Questioner: The entire universe, the gross and subtle objects, people, gods and goddesses, feelings, thoughts, they are all nothing but mind stuff. As I live in this world, being an entity, I am unable to see this world as non-existent; I still see differences. I am unable to wake up. I see many things and beings, not one. Everybody appears to truly exist. How can I love someone if I see him merely as an object? How do I pray with the mindset that these gods are only my mental projections? How can I be devoted to you, the Guru, if I consider you to be false and just a dream object? How to see the falseness and yet be sincere, truly loving, without conflict in this world?
Acharya Prashant: There are two levels of falsenesses. The most fundamental level is your physical existence itself. Because you exist, so you see the world, and as you exist, so you see the world. You exist as a three-dimensional body, so you see the world as a three-dimensional body. You exist as someone having shape, color, form, so you see the world as having shape, color and form. You exist for a limited time period, so you see only those things that are timebound.
At this fundamental level, everything is false. The curtains, the walls, all the bodies, sun, moon, planets—all are false. But at this most fundamental level, there is no ‘you’ to question either. The questioner is false and the question is also false. The mouth that is uttering the question, the mind that is thinking the question, the paper on which the question is written, the instruments through which the answer is reaching you, are all false. Which means, there is no point answering this question if falseness at that fundamental level is to be admitted.
Absolutely, truly speaking, no ‘you’ exists. Absolutely, truly, there is no question and no answer, no disciple and no teacher. But if we are to be at that fundamental level, then that is not useful for you. Why is that not useful? Because you are not yet there. So, if I talk of that, that would be merely a talk. Right now, there is you who is asking me a question. I cannot tell her that you are false and no question has ever been asked. So, falseness at the very physical level must be ignored for the while. The material world has to be taken as real just for the while.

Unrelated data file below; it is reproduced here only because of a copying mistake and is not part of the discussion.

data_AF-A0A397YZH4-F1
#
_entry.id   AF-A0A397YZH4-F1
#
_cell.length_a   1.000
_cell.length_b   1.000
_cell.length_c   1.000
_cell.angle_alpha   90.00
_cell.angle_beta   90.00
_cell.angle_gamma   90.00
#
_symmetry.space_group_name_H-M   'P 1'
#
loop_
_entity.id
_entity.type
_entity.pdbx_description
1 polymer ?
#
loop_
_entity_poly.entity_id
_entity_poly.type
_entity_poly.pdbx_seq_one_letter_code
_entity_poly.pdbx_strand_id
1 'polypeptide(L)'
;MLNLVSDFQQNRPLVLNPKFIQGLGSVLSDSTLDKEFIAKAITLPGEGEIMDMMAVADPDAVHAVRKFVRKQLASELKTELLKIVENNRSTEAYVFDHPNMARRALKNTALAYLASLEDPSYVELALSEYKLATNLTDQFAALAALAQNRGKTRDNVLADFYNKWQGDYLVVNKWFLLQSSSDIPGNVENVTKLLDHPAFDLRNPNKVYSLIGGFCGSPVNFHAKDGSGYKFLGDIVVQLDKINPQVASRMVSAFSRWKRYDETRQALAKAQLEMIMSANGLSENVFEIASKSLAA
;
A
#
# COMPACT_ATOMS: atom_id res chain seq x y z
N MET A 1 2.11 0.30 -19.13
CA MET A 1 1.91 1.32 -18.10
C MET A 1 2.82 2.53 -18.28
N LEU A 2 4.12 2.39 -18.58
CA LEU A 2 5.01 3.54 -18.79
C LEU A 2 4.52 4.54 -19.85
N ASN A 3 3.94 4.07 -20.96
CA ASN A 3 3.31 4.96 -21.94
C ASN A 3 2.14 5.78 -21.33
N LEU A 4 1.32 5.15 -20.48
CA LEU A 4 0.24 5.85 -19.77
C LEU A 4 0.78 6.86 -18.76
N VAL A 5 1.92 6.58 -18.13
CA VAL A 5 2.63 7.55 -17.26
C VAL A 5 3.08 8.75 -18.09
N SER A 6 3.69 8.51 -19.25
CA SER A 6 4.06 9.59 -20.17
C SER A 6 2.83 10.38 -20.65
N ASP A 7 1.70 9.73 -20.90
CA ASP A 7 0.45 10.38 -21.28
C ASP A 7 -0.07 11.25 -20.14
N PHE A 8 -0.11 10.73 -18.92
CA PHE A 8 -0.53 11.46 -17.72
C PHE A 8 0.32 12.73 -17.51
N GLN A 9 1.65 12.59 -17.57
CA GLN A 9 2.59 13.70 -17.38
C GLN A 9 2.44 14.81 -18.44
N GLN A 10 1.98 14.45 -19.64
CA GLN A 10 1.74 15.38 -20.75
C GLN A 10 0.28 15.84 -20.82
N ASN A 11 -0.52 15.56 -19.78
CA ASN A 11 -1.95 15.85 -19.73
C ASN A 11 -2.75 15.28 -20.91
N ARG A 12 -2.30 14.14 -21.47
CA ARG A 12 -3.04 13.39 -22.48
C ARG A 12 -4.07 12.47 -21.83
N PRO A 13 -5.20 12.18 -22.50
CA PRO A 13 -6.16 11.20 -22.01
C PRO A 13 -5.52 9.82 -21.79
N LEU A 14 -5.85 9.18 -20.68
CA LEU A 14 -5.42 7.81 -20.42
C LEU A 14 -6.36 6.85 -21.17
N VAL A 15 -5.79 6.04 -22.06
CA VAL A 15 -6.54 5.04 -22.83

Please understand. If you do not take the material world as real, then you will not be there to ask this question. And you cannot say that you exist but all other material is an illusion. If the table is an illusion, if the mic is an illusion, if this chair is an illusion, then this body sitting on this chair is also an illusion. So, the session ends here then. The session would end here, but not your suffering. So, I will not take that approach. Your approach of calling all physical bodies as false would merely turn the Guru false and the seeker false without eliminating the suffering of the seeker. It is a very superficial and theoretical way of dealing with suffering.
Then there is another level at which falseness exists: that is the level of meanings. At that level, you do not call the curtain as false; you say the curtain, as a physical body, is real. Why is the curtain as a physical body real? Because this physical body is assumed to be real. So, let me for the while say that the curtain is real. What is false, then? The meanings that you attach to the curtain are false. All the attachment, the jealousy, the pride, the inferiority, the comparison, the hurt, the memories related to that curtain are false. The curtain is true as an objective entity, but all that which you attach to the curtain is false. This approach is useful. This approach would help.
So, the body can be taken as real. Do not call the body as false. The body is real, but the meanings that you attach to the body are not real; the hopes that you have from the body, the happiness that you get through the body, the emotions that you experience with respect to the body are not real. The world is real, but not the meanings attached to the world. Look at the world as something totally objective; snap the cord between the subject and the object. So, people exist, but not in a way that means something to you.
And this needs to be clarified. What do I mean when I say that people should not mean much to you? When does something mean something to us? Only when we are in a transactional relationship with it. If I am thirsty, then this tumbler and this water suddenly becomes very meaningful. The meanings that I attribute to this are actually not in this (pointing at the tumbler) , but in this (pointing at himself) . The meanings do not lie in the object, they lie in the state of the subject. And if the subject can be full and complete, then he has no need to invest objects with meanings. If I am alright in myself, then I have no need to look at this tumbler as if it is very significant or meaningful.